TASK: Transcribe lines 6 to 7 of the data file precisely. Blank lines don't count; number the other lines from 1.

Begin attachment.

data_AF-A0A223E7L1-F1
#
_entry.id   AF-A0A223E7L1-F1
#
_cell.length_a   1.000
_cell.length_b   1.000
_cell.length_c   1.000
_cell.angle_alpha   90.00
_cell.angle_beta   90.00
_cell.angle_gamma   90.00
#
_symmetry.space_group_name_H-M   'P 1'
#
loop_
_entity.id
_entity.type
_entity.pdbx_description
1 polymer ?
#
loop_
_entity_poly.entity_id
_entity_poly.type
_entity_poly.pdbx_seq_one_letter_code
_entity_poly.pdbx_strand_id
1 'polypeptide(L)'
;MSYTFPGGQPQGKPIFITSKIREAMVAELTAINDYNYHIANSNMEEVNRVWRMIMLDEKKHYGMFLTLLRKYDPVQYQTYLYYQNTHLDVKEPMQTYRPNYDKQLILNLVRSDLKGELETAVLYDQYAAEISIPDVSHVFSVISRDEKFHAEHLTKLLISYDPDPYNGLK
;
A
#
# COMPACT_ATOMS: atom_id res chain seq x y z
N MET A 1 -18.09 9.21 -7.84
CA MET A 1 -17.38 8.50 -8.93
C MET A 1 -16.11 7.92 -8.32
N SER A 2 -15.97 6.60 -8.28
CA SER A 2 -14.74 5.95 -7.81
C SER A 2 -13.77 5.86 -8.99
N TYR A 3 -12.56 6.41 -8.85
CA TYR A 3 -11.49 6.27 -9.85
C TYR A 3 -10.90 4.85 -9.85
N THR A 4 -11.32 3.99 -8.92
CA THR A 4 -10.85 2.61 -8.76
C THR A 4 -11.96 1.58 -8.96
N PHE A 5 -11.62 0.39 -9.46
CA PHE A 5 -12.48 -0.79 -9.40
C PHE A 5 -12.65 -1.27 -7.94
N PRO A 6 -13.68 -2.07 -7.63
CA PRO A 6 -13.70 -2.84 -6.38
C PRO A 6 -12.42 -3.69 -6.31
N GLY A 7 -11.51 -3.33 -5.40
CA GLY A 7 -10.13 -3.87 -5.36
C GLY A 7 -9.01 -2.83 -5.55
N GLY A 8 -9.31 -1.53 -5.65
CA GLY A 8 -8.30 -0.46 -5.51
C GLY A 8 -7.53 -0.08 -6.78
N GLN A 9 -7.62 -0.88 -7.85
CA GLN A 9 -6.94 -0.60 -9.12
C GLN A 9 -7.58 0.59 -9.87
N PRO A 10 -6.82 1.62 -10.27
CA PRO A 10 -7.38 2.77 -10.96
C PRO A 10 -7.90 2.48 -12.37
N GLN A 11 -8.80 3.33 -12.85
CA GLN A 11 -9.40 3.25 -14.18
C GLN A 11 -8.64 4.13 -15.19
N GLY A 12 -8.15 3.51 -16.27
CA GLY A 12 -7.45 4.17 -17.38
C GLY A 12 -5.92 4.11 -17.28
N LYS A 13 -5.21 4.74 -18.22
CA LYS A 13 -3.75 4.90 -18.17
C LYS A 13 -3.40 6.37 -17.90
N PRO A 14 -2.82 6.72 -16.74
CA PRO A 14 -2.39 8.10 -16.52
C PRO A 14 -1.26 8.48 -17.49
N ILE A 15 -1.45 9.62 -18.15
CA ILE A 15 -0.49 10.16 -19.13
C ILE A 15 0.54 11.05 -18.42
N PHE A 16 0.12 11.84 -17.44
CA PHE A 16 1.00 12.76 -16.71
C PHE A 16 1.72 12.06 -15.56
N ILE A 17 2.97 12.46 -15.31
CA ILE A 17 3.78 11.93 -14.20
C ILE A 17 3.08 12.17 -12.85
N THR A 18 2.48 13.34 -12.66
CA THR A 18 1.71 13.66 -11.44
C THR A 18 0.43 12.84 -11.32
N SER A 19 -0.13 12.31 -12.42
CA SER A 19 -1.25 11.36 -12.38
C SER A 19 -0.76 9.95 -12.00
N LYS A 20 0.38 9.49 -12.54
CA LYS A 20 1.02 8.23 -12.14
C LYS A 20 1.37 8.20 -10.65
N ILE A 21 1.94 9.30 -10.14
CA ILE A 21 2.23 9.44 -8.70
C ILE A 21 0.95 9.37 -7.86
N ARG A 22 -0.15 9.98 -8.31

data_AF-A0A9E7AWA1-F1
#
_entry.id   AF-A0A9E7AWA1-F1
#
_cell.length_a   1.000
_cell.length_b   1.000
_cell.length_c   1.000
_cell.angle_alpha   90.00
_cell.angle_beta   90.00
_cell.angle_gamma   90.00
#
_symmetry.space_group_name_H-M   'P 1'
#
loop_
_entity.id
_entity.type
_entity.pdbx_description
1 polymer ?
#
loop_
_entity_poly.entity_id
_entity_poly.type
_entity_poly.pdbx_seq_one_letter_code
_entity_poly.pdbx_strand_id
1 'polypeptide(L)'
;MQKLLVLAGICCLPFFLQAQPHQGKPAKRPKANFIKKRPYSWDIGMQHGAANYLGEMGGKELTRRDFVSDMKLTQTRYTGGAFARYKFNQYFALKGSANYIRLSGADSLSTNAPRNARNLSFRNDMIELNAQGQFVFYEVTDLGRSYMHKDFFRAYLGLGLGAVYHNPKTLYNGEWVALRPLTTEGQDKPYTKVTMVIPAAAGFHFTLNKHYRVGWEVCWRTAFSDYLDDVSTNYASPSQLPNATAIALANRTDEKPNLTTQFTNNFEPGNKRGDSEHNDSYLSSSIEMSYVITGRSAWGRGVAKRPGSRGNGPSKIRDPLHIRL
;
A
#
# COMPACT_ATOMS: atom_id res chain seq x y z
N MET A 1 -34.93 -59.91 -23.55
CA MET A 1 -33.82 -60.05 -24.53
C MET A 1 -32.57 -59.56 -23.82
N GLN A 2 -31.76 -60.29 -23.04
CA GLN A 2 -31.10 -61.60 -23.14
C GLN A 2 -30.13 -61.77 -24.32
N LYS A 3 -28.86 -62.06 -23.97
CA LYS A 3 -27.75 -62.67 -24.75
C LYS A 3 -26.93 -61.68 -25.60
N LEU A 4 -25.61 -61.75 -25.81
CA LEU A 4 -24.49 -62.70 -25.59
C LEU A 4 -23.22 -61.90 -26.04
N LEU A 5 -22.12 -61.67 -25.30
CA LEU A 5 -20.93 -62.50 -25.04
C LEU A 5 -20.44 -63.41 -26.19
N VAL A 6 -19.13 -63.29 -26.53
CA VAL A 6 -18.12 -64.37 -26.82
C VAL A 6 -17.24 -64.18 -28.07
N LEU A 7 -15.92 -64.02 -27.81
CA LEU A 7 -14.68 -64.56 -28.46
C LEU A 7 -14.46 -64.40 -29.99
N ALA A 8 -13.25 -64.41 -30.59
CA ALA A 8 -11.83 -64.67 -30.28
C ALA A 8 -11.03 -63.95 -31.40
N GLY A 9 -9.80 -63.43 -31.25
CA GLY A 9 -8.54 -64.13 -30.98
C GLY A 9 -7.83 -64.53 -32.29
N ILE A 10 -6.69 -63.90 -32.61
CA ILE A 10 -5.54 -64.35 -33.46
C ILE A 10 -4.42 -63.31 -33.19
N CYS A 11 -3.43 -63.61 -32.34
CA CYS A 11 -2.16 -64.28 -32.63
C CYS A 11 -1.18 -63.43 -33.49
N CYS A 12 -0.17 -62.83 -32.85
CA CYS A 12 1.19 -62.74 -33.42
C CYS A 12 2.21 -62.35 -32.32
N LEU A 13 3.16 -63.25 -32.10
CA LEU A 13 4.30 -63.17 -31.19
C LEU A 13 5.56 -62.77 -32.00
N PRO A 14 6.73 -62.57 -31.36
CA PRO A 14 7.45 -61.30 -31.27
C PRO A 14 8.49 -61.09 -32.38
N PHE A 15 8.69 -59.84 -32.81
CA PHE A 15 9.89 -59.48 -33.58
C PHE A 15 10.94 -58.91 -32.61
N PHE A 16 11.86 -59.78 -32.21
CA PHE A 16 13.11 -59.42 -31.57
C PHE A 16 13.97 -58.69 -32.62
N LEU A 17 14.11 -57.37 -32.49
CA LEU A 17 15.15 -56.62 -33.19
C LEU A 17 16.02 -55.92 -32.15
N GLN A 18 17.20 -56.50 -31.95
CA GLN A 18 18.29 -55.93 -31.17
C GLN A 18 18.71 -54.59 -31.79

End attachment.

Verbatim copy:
_cell.length_b   1.000
_cell.length_c   1.000